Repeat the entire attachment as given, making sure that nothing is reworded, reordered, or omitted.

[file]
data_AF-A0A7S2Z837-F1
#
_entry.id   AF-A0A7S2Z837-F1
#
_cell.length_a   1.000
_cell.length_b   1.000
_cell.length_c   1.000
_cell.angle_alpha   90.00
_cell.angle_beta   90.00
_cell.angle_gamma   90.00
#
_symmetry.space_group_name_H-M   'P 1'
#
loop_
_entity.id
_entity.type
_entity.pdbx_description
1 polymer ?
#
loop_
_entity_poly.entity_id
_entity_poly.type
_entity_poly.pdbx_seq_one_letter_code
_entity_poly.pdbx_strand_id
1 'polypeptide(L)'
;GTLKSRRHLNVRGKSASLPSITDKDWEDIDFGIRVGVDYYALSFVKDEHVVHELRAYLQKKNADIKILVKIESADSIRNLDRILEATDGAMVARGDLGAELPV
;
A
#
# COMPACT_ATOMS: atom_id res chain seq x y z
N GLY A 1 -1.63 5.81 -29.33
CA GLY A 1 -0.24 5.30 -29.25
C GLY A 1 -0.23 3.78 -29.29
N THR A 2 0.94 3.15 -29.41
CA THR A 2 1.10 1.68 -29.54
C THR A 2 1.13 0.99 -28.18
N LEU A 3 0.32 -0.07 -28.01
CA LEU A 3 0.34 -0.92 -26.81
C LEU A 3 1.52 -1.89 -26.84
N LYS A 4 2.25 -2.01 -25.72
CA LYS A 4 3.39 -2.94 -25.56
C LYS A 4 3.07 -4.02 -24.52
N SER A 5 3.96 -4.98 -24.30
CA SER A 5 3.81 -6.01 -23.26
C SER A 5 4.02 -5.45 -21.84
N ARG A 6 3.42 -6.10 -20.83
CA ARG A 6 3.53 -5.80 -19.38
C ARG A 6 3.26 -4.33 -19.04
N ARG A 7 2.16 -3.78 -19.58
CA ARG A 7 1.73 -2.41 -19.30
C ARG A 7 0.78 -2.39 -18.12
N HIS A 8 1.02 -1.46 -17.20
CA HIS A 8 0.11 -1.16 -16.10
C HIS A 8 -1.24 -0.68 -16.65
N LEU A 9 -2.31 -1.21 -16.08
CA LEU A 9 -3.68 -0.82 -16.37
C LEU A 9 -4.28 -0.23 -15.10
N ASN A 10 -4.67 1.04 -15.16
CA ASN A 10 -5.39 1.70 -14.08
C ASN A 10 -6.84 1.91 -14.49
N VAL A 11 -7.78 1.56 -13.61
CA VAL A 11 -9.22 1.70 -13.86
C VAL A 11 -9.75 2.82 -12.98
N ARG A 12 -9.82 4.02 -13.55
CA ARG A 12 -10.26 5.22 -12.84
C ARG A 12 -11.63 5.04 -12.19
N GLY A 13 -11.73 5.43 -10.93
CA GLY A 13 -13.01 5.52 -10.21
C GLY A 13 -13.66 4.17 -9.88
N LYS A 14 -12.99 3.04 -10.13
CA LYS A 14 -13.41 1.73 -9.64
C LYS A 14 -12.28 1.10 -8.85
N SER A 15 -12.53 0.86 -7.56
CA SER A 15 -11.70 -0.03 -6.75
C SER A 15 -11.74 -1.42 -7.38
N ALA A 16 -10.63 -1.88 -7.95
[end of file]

data_AF-A0A7S2Z837-F1
#
_entry.id   AF-A0A7S2Z837-F1
#
_cell.length_a   1.000
_cell.length_b   1.000
_cell.length_c   1.000
_cell.angle_alpha   90.00
_cell.angle_beta   90.00
_cell.angle_gamma   90.00
#
_symmetry.space_group_name_H-M   'P 1'
#
loop_
_entity.id
_entity.type
_entity.pdbx_description
1 polymer ?
#
loop_
_entity_poly.entity_id
_entity_poly.type
_entity_poly.pdbx_seq_one_letter_code
_entity_poly.pdbx_strand_id
1 'polypeptide(L)'
;GTLKSRRHLNVRGKSASLPSITDKDWEDIDFGIRVGVDYYALSFVKDEHVVHELRAYLQKKNADIKILVKIESADSIRNLDRILEATDGAMVARGDLGAELPV
;
A
#
# COMPACT_ATOMS: atom_id res chain seq x y z
N GLY A 1 -1.63 5.81 -29.33
CA GLY A 1 -0.24 5.30 -29.25
C GLY A 1 -0.23 3.78 -29.29
N THR A 2 0.94 3.15 -29.41
CA THR A 2 1.10 1.68 -29.54
C THR A 2 1.13 0.99 -28.18
N LEU A 3 0.32 -0.07 -28.01
CA LEU A 3 0.34 -0.92 -26.81
C LEU A 3 1.52 -1.89 -26.84
N LYS A 4 2.25 -2.01 -25.72
CA LYS A 4 3.39 -2.94 -25.56
C LYS A 4 3.07 -4.02 -24.52
N SER A 5 3.96 -4.98 -24.30
CA SER A 5 3.81 -6.01 -23.26
C SER A 5 4.02 -5.45 -21.84
N ARG A 6 3.42 -6.10 -20.83
CA ARG A 6 3.53 -5.80 -19.38
C ARG A 6 3.26 -4.33 -19.04
N ARG A 7 2.16 -3.78 -19.58
CA ARG A 7 1.73 -2.41 -19.30
C ARG A 7 0.78 -2.39 -18.12
N HIS A 8 1.02 -1.46 -17.20
CA HIS A 8 0.11 -1.16 -16.10
C HIS A 8 -1.24 -0.68 -16.65
N LEU A 9 -2.31 -1.21 -16.08
CA LEU A 9 -3.68 -0.82 -16.37
C LEU A 9 -4.28 -0.23 -15.10
N ASN A 10 -4.67 1.04 -15.16
CA ASN A 10 -5.39 1.70 -14.08
C ASN A 10 -6.84 1.91 -14.49
N VAL A 11 -7.78 1.56 -13.61
CA VAL A 11 -9.22 1.70 -13.86
C VAL A 11 -9.75 2.82 -12.98
N ARG A 12 -9.82 4.02 -13.55
CA ARG A 12 -10.26 5.22 -12.84
C ARG A 12 -11.63 5.04 -12.19
N GLY A 13 -11.73 5.43 -10.93
CA GLY A 13 -13.01 5.52 -10.21
C GLY A 13 -13.66 4.17 -9.88
N LYS A 14 -12.99 3.04 -10.13
CA LYS A 14 -13.41 1.73 -9.64
C LYS A 14 -12.28 1.10 -8.85
N SER A 15 -12.53 0.86 -7.56
CA SER A 15 -11.70 -0.03 -6.75
C SER A 15 -11.74 -1.42 -7.38
N ALA A 16 -10.63 -1.88 -7.95